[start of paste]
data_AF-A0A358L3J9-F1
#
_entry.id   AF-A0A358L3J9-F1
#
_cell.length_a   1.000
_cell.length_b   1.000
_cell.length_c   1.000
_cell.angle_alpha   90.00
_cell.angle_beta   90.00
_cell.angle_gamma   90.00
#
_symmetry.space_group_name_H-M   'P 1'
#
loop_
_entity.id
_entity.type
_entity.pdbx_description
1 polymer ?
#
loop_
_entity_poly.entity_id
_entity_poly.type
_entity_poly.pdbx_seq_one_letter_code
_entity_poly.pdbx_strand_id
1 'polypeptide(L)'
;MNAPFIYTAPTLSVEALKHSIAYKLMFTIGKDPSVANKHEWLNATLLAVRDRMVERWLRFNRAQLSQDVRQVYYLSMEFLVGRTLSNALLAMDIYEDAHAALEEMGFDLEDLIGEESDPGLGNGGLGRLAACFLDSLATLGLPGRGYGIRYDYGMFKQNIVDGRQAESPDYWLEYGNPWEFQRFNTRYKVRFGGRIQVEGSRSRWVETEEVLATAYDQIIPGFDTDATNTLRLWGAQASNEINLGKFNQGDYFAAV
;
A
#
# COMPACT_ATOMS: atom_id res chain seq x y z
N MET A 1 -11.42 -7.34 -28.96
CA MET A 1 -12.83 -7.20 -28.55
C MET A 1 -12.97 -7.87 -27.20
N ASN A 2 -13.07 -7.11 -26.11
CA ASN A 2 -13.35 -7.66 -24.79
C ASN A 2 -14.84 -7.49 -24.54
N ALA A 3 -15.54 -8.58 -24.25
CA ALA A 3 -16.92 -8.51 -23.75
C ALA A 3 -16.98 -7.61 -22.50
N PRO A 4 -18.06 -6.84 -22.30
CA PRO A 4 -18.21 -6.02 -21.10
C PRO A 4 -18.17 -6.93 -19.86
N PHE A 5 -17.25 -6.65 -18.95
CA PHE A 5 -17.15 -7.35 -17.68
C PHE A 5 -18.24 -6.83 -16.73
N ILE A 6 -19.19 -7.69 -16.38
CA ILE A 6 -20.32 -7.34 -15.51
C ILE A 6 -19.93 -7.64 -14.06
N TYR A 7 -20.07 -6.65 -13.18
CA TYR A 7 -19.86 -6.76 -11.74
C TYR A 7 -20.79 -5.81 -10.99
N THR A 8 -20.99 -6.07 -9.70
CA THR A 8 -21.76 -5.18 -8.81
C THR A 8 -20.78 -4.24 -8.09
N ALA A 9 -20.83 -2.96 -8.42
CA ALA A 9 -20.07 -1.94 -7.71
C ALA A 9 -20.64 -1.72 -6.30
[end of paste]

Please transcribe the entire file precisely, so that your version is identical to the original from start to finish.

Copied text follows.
data_AF-A0A358L3J9-F1
#
_entry.id   AF-A0A358L3J9-F1
#
_cell.length_a   1.000
_cell.length_b   1.000
_cell.length_c   1.000
_cell.angle_alpha   90.00
_cell.angle_beta   90.00
_cell.angle_gamma   90.00
#
_symmetry.space_group_name_H-M   'P 1'
#
loop_
_entity.id
_entity.type
_entity.pdbx_description
1 polymer ?
#
loop_
_entity_poly.entity_id
_entity_poly.type
_entity_poly.pdbx_seq_one_letter_code
_entity_poly.pdbx_strand_id
1 'polypeptide(L)'
;MNAPFIYTAPTLSVEALKHSIAYKLMFTIGKDPSVANKHEWLNATLLAVRDRMVERWLRFNRAQLSQDVRQVYYLSMEFLVGRTLSNALLAMDIYEDAHAALEEMGFDLEDLIGEESDPGLGNGGLGRLAACFLDSLATLGLPGRGYGIRYDYGMFKQNIVDGRQAESPDYWLEYGNPWEFQRFNTRYKVRFGGRIQVEGSRSRWVETEEVLATAYDQIIPGFDTDATNTLRLWGAQASNEINLGKFNQGDYFAAV
;
A
#
# COMPACT_ATOMS: atom_id res chain seq x y z
N MET A 1 -11.42 -7.34 -28.96
CA MET A 1 -12.83 -7.20 -28.55
C MET A 1 -12.97 -7.87 -27.20
N ASN A 2 -13.07 -7.11 -26.11
CA ASN A 2 -13.35 -7.66 -24.79
C ASN A 2 -14.84 -7.49 -24.54
N ALA A 3 -15.54 -8.58 -24.25
CA ALA A 3 -16.92 -8.51 -23.75
C ALA A 3 -16.98 -7.61 -22.50
N PRO A 4 -18.06 -6.84 -22.30
CA PRO A 4 -18.21 -6.02 -21.10
C PRO A 4 -18.17 -6.93 -19.86
N PHE A 5 -17.25 -6.65 -18.95
CA PHE A 5 -17.15 -7.35 -17.68
C PHE A 5 -18.24 -6.83 -16.73
N ILE A 6 -19.19 -7.69 -16.38
CA ILE A 6 -20.32 -7.34 -15.51
C ILE A 6 -19.93 -7.64 -14.06
N TYR A 7 -20.07 -6.65 -13.18
CA TYR A 7 -19.86 -6.76 -11.74
C TYR A 7 -20.79 -5.81 -10.99
N THR A 8 -20.99 -6.07 -9.70
CA THR A 8 -21.76 -5.18 -8.81
C THR A 8 -20.78 -4.24 -8.09
N ALA A 9 -20.83 -2.96 -8.42
CA ALA A 9 -20.07 -1.94 -7.71
C ALA A 9 -20.64 -1.72 -6.30